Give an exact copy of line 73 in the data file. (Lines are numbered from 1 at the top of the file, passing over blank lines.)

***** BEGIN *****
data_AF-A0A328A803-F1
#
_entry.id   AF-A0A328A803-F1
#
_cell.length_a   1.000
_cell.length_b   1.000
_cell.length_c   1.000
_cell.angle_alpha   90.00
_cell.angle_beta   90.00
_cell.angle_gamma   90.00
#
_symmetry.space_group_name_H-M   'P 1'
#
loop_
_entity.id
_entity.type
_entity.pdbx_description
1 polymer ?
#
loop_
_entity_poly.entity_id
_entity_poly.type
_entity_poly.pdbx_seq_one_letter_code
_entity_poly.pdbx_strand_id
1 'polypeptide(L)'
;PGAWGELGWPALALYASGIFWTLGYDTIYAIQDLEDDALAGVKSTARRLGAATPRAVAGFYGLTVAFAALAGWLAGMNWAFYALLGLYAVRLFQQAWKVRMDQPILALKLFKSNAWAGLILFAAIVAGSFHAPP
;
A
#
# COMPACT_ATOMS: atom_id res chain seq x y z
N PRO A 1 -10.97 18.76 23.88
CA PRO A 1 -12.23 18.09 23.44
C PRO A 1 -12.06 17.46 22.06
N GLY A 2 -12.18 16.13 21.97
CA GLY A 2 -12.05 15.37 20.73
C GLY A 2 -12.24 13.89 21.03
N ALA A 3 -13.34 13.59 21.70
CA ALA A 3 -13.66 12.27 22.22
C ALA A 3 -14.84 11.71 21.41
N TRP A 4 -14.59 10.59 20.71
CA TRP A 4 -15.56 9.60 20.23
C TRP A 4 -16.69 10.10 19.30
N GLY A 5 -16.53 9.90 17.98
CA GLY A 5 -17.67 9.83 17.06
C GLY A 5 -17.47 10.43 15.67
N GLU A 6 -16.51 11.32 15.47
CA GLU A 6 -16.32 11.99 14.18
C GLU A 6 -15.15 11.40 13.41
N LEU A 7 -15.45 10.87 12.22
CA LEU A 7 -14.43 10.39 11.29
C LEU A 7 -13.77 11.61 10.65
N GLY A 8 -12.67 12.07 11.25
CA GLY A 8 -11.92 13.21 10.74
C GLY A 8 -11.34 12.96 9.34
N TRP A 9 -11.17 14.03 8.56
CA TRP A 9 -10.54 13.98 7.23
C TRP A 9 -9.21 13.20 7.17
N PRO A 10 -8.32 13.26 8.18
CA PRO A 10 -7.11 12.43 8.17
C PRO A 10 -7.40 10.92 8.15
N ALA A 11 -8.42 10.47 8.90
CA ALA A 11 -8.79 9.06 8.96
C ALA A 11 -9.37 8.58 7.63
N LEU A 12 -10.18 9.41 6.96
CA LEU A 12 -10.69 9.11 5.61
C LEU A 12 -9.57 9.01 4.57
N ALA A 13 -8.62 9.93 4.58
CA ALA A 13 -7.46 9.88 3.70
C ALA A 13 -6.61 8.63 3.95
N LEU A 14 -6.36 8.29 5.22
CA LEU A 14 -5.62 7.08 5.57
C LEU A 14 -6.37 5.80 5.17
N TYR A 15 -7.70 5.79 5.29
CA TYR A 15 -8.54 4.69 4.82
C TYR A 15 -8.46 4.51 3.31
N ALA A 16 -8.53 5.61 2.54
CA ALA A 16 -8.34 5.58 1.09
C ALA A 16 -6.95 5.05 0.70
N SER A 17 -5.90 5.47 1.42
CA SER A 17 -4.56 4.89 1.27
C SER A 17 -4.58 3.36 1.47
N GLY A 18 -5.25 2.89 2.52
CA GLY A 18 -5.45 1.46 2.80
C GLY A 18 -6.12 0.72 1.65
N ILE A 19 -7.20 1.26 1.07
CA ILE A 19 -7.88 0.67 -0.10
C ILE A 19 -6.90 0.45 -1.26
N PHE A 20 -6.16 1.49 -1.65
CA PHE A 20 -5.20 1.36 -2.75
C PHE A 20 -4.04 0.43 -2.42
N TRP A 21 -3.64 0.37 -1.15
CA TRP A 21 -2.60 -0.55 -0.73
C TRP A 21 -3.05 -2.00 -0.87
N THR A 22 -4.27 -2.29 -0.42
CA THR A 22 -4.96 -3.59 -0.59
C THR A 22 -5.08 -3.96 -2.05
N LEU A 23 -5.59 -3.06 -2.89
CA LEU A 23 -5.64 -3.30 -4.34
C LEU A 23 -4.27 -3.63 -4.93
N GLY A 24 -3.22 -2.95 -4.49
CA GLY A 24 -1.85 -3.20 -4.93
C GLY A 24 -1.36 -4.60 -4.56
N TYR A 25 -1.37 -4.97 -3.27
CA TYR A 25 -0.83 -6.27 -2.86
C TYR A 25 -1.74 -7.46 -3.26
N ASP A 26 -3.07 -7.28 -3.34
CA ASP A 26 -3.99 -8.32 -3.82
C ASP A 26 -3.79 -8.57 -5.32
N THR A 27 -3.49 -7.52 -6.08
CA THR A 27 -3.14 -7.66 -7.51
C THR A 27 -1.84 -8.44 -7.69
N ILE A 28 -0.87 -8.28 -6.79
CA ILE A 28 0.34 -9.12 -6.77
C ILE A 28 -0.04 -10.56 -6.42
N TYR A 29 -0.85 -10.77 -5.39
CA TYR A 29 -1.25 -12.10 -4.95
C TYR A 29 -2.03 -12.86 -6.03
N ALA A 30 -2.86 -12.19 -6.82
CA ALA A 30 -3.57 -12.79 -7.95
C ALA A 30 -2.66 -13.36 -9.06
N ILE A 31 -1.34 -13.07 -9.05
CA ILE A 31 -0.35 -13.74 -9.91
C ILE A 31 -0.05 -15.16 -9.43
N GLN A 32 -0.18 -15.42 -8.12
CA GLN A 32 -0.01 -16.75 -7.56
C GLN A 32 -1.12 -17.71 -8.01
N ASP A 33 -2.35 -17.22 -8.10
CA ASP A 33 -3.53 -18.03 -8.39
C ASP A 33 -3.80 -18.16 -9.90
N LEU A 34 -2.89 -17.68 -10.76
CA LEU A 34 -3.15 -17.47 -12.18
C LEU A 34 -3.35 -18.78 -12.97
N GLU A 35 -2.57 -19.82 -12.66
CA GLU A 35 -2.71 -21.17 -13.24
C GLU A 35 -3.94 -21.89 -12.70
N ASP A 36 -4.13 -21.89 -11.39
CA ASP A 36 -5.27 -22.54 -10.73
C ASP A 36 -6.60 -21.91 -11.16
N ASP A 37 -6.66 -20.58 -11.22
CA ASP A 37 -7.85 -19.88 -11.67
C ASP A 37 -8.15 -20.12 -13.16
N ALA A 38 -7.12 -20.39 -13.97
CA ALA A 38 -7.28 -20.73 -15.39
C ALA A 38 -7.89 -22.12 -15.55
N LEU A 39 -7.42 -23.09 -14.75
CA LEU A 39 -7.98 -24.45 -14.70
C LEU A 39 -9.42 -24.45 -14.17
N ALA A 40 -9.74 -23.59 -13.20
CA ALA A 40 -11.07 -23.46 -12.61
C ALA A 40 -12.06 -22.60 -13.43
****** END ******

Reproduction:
N TYR A 15 -7.70 5.79 5.29